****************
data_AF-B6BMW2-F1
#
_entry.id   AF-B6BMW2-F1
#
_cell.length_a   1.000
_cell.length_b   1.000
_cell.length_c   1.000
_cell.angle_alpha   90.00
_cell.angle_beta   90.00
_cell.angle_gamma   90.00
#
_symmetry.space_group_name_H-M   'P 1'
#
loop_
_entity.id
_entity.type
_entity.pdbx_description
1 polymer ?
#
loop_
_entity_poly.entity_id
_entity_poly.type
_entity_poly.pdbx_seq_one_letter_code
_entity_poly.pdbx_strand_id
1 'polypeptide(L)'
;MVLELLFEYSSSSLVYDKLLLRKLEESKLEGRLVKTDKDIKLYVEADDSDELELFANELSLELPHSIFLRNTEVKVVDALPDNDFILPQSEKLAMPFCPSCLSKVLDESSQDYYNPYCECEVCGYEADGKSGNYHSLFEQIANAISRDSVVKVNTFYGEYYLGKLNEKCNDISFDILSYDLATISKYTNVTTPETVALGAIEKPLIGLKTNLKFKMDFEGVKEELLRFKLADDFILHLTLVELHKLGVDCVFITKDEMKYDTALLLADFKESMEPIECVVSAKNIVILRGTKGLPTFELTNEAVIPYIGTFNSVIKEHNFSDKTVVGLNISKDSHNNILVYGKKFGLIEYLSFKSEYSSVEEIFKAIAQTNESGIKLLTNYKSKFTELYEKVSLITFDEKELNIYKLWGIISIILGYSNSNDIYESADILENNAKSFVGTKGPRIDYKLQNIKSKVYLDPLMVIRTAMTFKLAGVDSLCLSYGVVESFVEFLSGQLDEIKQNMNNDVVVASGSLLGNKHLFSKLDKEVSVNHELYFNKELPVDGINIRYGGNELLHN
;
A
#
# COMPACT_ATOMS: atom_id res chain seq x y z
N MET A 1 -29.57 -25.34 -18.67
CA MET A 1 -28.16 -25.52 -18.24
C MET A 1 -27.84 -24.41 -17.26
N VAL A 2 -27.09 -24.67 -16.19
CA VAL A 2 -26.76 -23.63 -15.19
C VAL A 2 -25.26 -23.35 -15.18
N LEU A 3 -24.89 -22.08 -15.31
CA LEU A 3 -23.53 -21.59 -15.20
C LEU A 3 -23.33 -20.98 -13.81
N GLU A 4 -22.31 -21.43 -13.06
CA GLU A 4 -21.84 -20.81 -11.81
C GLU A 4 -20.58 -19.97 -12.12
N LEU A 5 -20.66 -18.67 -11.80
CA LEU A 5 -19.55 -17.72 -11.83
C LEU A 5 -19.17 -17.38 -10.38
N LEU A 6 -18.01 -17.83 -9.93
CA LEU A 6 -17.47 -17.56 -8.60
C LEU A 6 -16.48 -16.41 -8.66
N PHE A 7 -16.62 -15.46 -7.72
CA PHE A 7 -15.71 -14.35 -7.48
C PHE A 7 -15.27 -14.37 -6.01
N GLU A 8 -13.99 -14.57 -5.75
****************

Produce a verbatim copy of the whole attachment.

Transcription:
data_AF-B6BMW2-F1
#
_entry.id   AF-B6BMW2-F1
#
_cell.length_a   1.000
_cell.length_b   1.000
_cell.length_c   1.000
_cell.angle_alpha   90.00
_cell.angle_beta   90.00
_cell.angle_gamma   90.00
#
_symmetry.space_group_name_H-M   'P 1'
#
loop_
_entity.id
_entity.type
_entity.pdbx_description
1 polymer ?
#
loop_
_entity_poly.entity_id
_entity_poly.type
_entity_poly.pdbx_seq_one_letter_code
_entity_poly.pdbx_strand_id
1 'polypeptide(L)'
;MVLELLFEYSSSSLVYDKLLLRKLEESKLEGRLVKTDKDIKLYVEADDSDELELFANELSLELPHSIFLRNTEVKVVDALPDNDFILPQSEKLAMPFCPSCLSKVLDESSQDYYNPYCECEVCGYEADGKSGNYHSLFEQIANAISRDSVVKVNTFYGEYYLGKLNEKCNDISFDILSYDLATISKYTNVTTPETVALGAIEKPLIGLKTNLKFKMDFEGVKEELLRFKLADDFILHLTLVELHKLGVDCVFITKDEMKYDTALLLADFKESMEPIECVVSAKNIVILRGTKGLPTFELTNEAVIPYIGTFNSVIKEHNFSDKTVVGLNISKDSHNNILVYGKKFGLIEYLSFKSEYSSVEEIFKAIAQTNESGIKLLTNYKSKFTELYEKVSLITFDEKELNIYKLWGIISIILGYSNSNDIYESADILENNAKSFVGTKGPRIDYKLQNIKSKVYLDPLMVIRTAMTFKLAGVDSLCLSYGVVESFVEFLSGQLDEIKQNMNNDVVVASGSLLGNKHLFSKLDKEVSVNHELYFNKELPVDGINIRYGGNELLHN
;
A
#
# COMPACT_ATOMS: atom_id res chain seq x y z
N MET A 1 -29.57 -25.34 -18.67
CA MET A 1 -28.16 -25.52 -18.24
C MET A 1 -27.84 -24.41 -17.26
N VAL A 2 -27.09 -24.67 -16.19
CA VAL A 2 -26.76 -23.63 -15.19
C VAL A 2 -25.26 -23.35 -15.18
N LEU A 3 -24.89 -22.08 -15.31
CA LEU A 3 -23.53 -21.59 -15.20
C LEU A 3 -23.33 -20.98 -13.81
N GLU A 4 -22.31 -21.43 -13.06
CA GLU A 4 -21.84 -20.81 -11.81
C GLU A 4 -20.58 -19.97 -12.12
N LEU A 5 -20.66 -18.67 -11.80
CA LEU A 5 -19.55 -17.72 -11.83
C LEU A 5 -19.17 -17.38 -10.38
N LEU A 6 -18.01 -17.83 -9.93
CA LEU A 6 -17.47 -17.56 -8.60
C LEU A 6 -16.48 -16.41 -8.66
N PHE A 7 -16.62 -15.46 -7.72
CA PHE A 7 -15.71 -14.35 -7.48
C PHE A 7 -15.27 -14.37 -6.01
N GLU A 8 -13.99 -14.57 -5.75